But a Hardian tragedy does not discourage, or cause despair. “It is elevating and stimulating. It does not shake our faith in life, all the more it strengthens us : it does not make us light-hearted, but makes us wiser and better.”
No Tragic Flaw in Hardy
The Shakespearean hero has some fault of character, some strong tendency to act in a particular way, which is the cause of his undoing. Bradley has called this weakness of the hero as the “tragic flaw” of his character. This tragic flaw is responsible for the fall of the hero, it is the cause of the tragedy. Though at a later stage the course of action is complicated by other factors — chance, abnormal state of mind, some supernatural force, etc., — yet primarily action issues out of character. Character is responsible for tragedy. “Character is destiny in Shakespeare.” But this is not so in Hardy. His tragic heroes and heroines are free from any ‘tragic flaw’ in the Shakespearean sense. They do not have any obsession or a marked tendency to act in a particular way. Character is not the cause of Tragedy. The tragedy of Tess begins with a crime and ends with a crime. But she is a ‘pure woman’. She is more sinned against than sinning. She suffers for no fault of her, but owing to circumstances beyond her control.
The Cause of Tragedy: Destiny and Not Character
“Character may be destiny” in Shakespeare, but in Hardy “Destiny is Character.” Tess cannot escape her destiny in spite of her best efforts to do so. She cannot avoid it. She wriths under the attack of destiny. We feel that she suffers because “It was to be.” Fate or destiny expresses itself as chance. In all his novels, chance in its malevolent aspect is present throughout. It is by chance that she falls asleep and the horse Prince is killed. It is by chance again that she meets the wrong man in the very beginning of her life and is thus ruined by him. It is again a chance that she should go to the dairy at Talbothays and Angel Clare should also have come there to learn dairy-farming. Her letter of confession never reaches’ him, but by chance slips beneath the carpet and remains hidden there. She goes to meet her in-laws at Emminster, and by chance meets the brother before she has met the parents. Thus malicious chance or destiny is against her from first to last. Destiny, and not her character, is responsible for the tragedy of Tess.
In the Return of the Native and the Mayor of Casterbridge, no doubt, character plays a significant role in bringing about the tragedy. It is the Mayor’s “Bufello wrong-headedness”, that is responsible for much of his suffering. Similarly, Eustacia’s tragedy results from her excessive love of the glittering city life and from her extreme hunger for love. But in these novels also cruel Destiny in the form of chance is ever present. It is just a chance that Clym is asleep and Eustacia does not open the door to Mrs. Yeobright thinking that her husband would do so. It is also by chance that Clym comes to know from Jonny, the real facts about his mother’s death. It is cruel destiny which places Eustacia in an environment which proves to be her ruin in the long-run.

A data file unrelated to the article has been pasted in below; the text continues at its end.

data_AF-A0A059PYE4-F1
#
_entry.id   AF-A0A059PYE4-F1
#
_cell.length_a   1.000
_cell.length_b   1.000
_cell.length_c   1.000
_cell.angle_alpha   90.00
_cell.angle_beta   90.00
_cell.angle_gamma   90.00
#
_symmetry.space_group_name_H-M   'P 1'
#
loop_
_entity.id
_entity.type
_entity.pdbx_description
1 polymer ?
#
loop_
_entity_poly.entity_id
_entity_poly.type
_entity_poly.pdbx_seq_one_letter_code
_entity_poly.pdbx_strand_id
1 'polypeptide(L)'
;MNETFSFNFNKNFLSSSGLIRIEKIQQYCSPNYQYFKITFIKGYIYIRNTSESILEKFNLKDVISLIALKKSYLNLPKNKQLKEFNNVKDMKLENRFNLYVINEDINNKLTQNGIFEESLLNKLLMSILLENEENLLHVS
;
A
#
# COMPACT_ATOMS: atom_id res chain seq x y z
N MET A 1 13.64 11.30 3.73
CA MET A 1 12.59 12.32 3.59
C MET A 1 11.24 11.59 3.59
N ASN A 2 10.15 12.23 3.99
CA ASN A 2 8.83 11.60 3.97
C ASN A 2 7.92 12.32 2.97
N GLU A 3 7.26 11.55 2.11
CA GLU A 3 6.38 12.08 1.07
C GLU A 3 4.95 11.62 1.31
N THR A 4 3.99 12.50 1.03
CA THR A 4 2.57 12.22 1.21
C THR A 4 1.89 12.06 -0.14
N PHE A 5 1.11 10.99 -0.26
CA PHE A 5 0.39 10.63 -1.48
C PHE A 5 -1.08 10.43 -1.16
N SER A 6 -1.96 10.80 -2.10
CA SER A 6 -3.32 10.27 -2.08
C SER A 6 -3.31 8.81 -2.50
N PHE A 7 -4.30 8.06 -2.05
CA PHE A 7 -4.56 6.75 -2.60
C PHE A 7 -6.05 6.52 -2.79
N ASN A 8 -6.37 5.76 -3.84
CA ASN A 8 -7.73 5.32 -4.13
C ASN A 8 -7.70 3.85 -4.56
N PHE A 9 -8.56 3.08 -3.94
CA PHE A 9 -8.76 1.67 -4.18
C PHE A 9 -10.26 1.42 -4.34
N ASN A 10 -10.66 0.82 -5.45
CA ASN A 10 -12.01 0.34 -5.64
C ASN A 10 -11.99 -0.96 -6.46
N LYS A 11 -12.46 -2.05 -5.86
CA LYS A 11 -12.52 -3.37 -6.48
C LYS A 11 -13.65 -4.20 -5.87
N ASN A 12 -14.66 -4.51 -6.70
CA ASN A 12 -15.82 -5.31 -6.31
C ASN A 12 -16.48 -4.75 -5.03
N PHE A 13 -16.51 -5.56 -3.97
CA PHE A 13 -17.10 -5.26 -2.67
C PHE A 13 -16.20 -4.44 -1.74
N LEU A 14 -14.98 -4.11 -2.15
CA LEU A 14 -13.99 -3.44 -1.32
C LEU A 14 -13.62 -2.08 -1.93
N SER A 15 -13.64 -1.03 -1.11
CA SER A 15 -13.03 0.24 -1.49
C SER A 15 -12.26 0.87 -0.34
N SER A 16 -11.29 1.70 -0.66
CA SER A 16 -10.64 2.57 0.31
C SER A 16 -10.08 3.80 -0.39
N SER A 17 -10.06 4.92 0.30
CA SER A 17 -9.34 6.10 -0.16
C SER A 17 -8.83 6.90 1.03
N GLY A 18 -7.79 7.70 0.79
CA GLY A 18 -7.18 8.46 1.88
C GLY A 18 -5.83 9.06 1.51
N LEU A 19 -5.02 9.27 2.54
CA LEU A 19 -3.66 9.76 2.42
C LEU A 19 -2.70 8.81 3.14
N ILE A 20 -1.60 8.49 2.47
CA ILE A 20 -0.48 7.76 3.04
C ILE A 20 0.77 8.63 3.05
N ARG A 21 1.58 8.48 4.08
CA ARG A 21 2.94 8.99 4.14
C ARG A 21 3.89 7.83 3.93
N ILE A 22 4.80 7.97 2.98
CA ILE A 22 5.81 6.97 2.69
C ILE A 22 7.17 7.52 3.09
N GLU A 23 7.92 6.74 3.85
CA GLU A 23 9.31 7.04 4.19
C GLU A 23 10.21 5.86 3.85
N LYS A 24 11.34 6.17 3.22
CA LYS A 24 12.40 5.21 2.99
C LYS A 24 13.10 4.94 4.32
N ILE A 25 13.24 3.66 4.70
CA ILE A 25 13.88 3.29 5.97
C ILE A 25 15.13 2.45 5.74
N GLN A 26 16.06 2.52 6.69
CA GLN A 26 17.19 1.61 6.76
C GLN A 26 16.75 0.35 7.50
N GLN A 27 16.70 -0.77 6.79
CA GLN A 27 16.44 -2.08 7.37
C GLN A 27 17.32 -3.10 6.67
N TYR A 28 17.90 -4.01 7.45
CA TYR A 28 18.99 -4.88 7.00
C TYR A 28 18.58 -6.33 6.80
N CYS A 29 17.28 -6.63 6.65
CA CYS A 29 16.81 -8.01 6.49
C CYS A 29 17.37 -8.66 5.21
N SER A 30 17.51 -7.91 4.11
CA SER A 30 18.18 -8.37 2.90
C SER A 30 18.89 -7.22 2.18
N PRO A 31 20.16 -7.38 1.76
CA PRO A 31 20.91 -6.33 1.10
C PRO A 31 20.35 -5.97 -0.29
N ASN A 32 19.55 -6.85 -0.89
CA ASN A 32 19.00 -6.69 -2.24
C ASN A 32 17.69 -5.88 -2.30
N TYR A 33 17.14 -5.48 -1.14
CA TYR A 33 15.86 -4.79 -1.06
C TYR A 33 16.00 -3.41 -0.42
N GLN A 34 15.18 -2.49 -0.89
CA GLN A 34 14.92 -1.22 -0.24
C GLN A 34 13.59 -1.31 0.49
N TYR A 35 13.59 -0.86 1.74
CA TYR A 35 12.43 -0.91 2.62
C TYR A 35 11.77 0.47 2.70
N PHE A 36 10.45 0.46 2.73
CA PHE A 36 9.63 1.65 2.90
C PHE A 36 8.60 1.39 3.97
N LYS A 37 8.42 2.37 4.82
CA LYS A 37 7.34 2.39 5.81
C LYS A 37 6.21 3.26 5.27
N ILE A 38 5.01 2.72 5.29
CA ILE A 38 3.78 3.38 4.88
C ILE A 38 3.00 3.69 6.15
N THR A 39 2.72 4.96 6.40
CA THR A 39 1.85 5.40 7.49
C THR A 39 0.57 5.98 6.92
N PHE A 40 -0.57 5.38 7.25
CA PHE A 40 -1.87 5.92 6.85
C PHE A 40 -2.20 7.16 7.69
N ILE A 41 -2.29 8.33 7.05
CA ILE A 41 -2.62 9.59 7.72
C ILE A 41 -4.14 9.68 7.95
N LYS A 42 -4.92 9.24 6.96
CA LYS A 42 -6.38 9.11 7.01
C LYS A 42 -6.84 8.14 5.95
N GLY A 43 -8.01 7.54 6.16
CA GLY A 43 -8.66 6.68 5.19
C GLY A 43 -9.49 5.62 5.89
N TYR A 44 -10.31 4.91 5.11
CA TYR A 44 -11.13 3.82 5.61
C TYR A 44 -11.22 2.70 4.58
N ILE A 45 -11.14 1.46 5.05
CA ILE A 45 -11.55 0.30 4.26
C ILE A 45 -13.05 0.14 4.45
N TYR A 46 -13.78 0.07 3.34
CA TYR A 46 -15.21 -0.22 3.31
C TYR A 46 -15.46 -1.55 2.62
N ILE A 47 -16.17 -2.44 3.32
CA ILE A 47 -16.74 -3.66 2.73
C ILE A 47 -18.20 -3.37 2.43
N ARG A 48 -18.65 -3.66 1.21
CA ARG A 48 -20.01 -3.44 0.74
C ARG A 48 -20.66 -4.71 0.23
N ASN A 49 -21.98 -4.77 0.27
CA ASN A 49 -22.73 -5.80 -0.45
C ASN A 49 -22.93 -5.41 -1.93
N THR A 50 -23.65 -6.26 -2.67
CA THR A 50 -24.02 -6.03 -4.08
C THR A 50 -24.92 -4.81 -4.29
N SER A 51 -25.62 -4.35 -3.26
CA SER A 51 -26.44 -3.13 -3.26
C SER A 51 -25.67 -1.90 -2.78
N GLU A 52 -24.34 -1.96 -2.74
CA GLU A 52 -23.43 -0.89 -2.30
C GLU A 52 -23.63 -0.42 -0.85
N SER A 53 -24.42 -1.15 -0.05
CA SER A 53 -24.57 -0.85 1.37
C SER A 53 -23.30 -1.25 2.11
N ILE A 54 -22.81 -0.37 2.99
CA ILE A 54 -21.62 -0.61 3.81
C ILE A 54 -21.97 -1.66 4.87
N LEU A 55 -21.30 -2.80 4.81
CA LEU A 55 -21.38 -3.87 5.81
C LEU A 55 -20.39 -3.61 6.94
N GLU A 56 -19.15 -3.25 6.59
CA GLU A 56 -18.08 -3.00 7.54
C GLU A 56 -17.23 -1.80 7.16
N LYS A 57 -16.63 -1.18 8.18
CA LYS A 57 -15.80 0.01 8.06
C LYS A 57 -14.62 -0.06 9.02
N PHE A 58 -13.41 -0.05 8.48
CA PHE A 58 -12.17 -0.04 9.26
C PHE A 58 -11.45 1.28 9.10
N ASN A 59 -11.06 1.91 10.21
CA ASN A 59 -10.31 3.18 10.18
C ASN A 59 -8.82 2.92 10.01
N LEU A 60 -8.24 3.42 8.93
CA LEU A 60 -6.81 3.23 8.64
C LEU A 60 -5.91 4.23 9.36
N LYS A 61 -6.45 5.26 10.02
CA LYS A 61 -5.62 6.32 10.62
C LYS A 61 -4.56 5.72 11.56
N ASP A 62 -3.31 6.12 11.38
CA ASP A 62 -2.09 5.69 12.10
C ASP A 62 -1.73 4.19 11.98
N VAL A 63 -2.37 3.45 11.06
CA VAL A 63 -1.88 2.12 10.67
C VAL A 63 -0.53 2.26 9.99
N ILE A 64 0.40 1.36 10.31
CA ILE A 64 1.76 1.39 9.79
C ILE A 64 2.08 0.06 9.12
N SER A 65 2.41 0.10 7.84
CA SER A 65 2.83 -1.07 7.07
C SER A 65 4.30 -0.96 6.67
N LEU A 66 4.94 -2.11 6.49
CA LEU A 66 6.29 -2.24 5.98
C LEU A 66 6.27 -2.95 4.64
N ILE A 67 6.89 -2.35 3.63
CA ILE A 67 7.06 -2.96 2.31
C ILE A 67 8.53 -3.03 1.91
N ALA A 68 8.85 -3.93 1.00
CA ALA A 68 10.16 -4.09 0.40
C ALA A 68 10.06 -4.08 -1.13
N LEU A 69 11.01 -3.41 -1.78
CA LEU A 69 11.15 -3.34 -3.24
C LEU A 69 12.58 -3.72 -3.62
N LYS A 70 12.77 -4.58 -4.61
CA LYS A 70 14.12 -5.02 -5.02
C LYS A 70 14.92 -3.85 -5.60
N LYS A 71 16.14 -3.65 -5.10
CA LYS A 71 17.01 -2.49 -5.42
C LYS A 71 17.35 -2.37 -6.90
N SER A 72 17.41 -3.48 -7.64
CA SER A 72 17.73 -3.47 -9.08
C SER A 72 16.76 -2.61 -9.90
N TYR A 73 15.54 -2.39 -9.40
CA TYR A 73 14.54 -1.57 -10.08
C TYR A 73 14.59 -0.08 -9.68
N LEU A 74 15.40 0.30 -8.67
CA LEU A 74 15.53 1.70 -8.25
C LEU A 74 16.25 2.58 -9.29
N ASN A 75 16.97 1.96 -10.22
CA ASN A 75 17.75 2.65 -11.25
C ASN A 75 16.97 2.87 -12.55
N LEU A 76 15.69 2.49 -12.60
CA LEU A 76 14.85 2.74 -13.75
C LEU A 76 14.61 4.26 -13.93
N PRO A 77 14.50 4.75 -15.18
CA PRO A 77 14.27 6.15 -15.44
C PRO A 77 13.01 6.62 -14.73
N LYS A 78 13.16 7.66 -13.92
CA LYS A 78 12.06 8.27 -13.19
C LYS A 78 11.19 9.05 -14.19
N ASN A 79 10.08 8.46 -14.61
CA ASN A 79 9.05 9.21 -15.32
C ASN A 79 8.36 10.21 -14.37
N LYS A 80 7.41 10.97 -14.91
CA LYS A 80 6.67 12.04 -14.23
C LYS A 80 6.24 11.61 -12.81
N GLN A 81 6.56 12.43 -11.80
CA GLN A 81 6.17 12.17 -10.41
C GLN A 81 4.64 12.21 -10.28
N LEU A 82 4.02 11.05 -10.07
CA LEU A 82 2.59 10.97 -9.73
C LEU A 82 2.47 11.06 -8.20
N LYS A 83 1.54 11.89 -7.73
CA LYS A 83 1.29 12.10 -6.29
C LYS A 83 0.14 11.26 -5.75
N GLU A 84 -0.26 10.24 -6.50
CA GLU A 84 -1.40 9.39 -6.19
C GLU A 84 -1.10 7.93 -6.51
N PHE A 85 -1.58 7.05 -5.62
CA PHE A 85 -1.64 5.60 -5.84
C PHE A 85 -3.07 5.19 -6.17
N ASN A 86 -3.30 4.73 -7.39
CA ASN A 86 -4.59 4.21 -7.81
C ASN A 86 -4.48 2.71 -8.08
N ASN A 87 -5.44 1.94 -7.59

The Tragic Hero: Is He Responsible for his Actions ?
Indeed, Hardy denied freedom of action to the individual. With the German idealists he believed that we can do, “What we will; but we cannot will what we will”. In his considered opinion, human freedom of action is an illusion. A man’s character is determined by his ancestry, environment, and the Immanent Will —the supreme moving force in Hardy’s universe —working from within and without. When working from without, the Immanent Will takes the form of destiny or chance. When working from within, it takes the form of an urge to act in a particular way. Tess, for example, has taken an oath of celibacy. She does not want to love Clare and have anything to do wit!’ him. But some force working within her, irresistibly draws her towards Clare and she cannot help loving him. The result is catastrophe and tragedy. Thus in the tragedies even the actions of the hero and heroine are not voluntary or the result of free will. They are the results of compulsion from within. Even if he wants, the individual cannot act in any different manner. Hence he can not be considered responsible for the tragedy that takes place.
Hardy’s Originality
Such is Hardy’s concept of tragedy. “Character is not destiny” in his tragedies. He is an innovator in more ways than one. He has democratised the conception of tragedy. Both character and destiny are responsible for tragedy. Society also plays an important role in bringing about the ruin of the hero. Sometimes, it is the intrusion of the urban element which causes tragedy. Lucetta and Farfrae, both people from (he city, contribute to the downhill of Henchard, and Angel Clare causes I lie ruin of poor Tess. A similar role is played by Clym and Wildieve in the Return of the Native.